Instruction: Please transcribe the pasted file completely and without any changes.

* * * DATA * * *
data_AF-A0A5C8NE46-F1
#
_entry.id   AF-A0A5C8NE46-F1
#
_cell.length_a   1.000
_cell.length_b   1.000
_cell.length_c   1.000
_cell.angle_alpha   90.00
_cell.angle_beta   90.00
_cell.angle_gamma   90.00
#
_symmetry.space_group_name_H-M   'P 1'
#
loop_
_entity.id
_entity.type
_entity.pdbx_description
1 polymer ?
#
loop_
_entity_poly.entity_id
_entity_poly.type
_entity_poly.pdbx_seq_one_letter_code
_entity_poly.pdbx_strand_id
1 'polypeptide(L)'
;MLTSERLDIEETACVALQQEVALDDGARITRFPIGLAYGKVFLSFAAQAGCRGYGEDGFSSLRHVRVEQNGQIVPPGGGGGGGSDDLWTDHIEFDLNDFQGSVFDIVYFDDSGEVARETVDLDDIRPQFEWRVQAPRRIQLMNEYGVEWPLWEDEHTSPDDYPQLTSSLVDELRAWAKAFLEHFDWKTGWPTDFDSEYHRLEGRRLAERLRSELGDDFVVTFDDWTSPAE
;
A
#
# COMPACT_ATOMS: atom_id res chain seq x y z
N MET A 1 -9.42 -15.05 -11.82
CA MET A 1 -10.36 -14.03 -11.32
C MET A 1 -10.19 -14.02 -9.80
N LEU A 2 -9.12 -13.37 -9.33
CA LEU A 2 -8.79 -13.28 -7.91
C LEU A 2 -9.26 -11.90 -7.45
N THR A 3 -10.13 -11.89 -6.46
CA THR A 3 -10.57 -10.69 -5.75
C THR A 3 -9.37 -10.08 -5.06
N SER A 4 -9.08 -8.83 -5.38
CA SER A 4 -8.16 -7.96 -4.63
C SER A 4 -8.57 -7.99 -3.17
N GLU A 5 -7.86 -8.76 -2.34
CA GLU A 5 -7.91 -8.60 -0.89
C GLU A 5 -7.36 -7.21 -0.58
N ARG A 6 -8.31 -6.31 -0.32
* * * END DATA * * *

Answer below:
data_AF-A0A5C8NE46-F1
#
_entry.id   AF-A0A5C8NE46-F1
#
_cell.length_a   1.000
_cell.length_b   1.000
_cell.length_c   1.000
_cell.angle_alpha   90.00
_cell.angle_beta   90.00
_cell.angle_gamma   90.00
#
_symmetry.space_group_name_H-M   'P 1'
#
loop_
_entity.id
_entity.type
_entity.pdbx_description
1 polymer ?
#
loop_
_entity_poly.entity_id
_entity_poly.type
_entity_poly.pdbx_seq_one_letter_code
_entity_poly.pdbx_strand_id
1 'polypeptide(L)'
;MLTSERLDIEETACVALQQEVALDDGARITRFPIGLAYGKVFLSFAAQAGCRGYGEDGFSSLRHVRVEQNGQIVPPGGGGGGGSDDLWTDHIEFDLNDFQGSVFDIVYFDDSGEVARETVDLDDIRPQFEWRVQAPRRIQLMNEYGVEWPLWEDEHTSPDDYPQLTSSLVDELRAWAKAFLEHFDWKTGWPTDFDSEYHRLEGRRLAERLRSELGDDFVVTFDDWTSPAE
;
A
#
# COMPACT_ATOMS: atom_id res chain seq x y z
N MET A 1 -9.42 -15.05 -11.82
CA MET A 1 -10.36 -14.03 -11.32
C MET A 1 -10.19 -14.02 -9.80
N LEU A 2 -9.12 -13.37 -9.33
CA LEU A 2 -8.79 -13.28 -7.91
C LEU A 2 -9.26 -11.90 -7.45
N THR A 3 -10.13 -11.89 -6.46
CA THR A 3 -10.57 -10.69 -5.75
C THR A 3 -9.37 -10.08 -5.06
N SER A 4 -9.08 -8.83 -5.38
CA SER A 4 -8.16 -7.96 -4.63
C SER A 4 -8.57 -7.99 -3.17
N GLU A 5 -7.86 -8.76 -2.34
CA GLU A 5 -7.91 -8.60 -0.89
C GLU A 5 -7.36 -7.21 -0.58
N ARG A 6 -8.31 -6.31 -0.32